Found this on Facebook the other day, some real estate agent gallows humor:
Tough time to be a real estate agent these days, or in the mortgage business, or any related enterprise. Transaction volume is way down, and if your income is dependent on transactions, then there will be no G.I. Joe with the kung-fu grip for Christmas this year.
Up until recently, prices were holding up reasonably well, but prices are now starting to come down. I know this because I am trying to sell my house. Interested in buying it? It’s a nice beach house in South Carolina. Two months ago, stuff was trading through the offer. Now, everything has ground to a halt and prices are being marked aggressively lower. Also, the Zillow Zestimate algorithm has been marking down valuations like they’re in search of a margin call.
There is a school of thought that declining interest rates will bring out millions of potential buyers. It will also bring out millions of potential sellers, people who have been trapped in 3% mortgages. Mortgage rates just fell 50 basis points in the last week, so we will see what happens. My prediction is that rates will decline a lot further—much further. But it will happen concurrent with a recession, so it may not result in the flood of buyers that people think it will.
The Stink Bid
When I bought this house in 2015, I put in a stink bid.
What is a stink bid? Well, “stink” is slang for “teeny,” or a sixteenth—the lowest price that you could pay for an option in the days of fractions. I put in a stink bid for this house in 2015. It was listed at $1.2 million, and I bid $950K. I ended up getting it for $1.1 million.
People are really weird about stuff like this. There is some sort of weird etiquette in the real estate industry that you don’t lowball people on their houses. I would like someone to lowball me on my house. Show me a bid; let’s get a conversation going!
I don’t have any ego about this. But people won’t do it, for fear of offending, and people really do get offended by stink bids. In my case, I knew the sellers were motivated, and I wanted to squeeze them. Mission accomplished.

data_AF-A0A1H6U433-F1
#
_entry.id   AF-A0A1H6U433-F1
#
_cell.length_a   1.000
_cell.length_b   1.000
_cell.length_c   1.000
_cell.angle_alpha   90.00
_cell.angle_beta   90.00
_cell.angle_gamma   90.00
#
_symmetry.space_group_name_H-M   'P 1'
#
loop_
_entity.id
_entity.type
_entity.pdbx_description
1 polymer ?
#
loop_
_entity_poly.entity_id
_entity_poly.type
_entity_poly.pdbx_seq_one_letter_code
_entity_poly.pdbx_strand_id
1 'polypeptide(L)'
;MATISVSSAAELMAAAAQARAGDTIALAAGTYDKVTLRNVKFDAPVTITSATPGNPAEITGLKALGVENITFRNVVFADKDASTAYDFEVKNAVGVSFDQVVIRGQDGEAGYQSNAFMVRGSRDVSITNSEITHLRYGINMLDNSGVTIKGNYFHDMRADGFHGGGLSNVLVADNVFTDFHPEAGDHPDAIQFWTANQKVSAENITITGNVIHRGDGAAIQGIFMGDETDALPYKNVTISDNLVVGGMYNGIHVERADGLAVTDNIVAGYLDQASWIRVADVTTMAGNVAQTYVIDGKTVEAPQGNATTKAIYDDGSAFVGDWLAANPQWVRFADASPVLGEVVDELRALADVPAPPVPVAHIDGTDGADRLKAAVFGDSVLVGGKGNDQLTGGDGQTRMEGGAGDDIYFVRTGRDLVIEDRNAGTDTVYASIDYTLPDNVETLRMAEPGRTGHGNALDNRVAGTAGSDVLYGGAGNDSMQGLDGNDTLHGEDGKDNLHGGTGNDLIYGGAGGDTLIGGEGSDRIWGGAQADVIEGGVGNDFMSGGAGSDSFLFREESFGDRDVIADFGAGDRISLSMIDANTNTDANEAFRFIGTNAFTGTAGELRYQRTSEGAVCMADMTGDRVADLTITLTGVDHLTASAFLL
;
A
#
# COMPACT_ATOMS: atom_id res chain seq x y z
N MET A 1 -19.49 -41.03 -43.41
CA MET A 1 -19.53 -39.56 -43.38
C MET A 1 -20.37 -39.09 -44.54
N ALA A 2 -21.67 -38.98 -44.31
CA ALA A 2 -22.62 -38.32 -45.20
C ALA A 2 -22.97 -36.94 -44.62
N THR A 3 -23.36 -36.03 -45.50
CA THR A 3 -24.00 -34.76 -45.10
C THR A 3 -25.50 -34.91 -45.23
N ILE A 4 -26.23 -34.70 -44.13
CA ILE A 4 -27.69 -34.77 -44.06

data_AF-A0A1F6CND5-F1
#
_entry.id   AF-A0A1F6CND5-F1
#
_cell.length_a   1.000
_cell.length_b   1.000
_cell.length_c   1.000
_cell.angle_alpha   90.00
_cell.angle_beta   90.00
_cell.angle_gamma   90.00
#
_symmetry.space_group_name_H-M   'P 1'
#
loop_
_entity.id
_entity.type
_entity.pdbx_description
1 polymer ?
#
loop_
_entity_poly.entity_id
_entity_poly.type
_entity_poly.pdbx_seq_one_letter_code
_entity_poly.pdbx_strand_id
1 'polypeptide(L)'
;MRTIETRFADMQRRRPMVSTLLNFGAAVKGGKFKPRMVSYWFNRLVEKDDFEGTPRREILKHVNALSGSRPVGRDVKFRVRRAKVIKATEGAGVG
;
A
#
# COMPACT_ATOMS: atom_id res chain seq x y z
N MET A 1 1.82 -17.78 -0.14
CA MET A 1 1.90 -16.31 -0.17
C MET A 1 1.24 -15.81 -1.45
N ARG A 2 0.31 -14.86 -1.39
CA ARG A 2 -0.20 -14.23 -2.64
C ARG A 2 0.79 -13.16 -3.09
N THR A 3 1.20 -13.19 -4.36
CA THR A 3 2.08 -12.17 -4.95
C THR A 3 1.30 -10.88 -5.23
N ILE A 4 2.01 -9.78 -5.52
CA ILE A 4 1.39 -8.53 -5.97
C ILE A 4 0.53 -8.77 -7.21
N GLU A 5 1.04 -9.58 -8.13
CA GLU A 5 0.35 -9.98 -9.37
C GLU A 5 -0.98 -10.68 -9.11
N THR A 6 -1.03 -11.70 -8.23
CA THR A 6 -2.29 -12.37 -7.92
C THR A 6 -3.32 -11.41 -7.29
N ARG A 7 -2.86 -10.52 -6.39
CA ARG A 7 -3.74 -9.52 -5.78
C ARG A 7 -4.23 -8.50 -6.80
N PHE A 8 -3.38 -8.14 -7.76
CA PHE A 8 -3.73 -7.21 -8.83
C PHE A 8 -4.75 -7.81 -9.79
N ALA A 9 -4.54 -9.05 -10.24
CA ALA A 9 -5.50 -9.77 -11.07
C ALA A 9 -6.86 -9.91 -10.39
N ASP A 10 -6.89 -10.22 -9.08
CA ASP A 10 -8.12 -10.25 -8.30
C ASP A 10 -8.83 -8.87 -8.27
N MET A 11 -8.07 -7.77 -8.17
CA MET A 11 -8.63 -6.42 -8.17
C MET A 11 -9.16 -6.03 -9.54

I recently had a showing of my house where the buyers loved the house but balked at the price. Hey, it’s not a store. It’s not like you’re going to the house store, and you pay what’s on the price tag. Everything is negotiable. I’m going to start out with an aggressive offer, and you’re going to start out with an aggressive bid, and we’re going to meet in the middle. People are strange.
In any case, it appears as though the housing market is set to retrace some of its gains over the last few years.
What a Housing Bear Market Would Do
If we are indeed headed into a recession, and if we had a housing recession simultaneously, it would compound the suck. This isn’t 2006, where people were HELOC-ing tens of thousands of dollars to spend on TVs the size of a parking space, but when you’re sitting on paper gains in your house, you have a higher marginal propensity to consume.
It’s also going to change the way we think about inflation. If housing comes down, rents will come down. And if rents come down, inflation will too—a lot, as that is the biggest component of CPI, and the stickiest.
After watching the bond market over the last week, I have become convinced that we’re entering a deflationary phase, and interest rates and inflation will continue to dip. The other way to look at this is that the Fed’s tightening of monetary policy worked—with a long lag—and you will see prices continue to fall over the foreseeable future. People want to talk about the $18 Big Mac, but that is not the future—that is the past.
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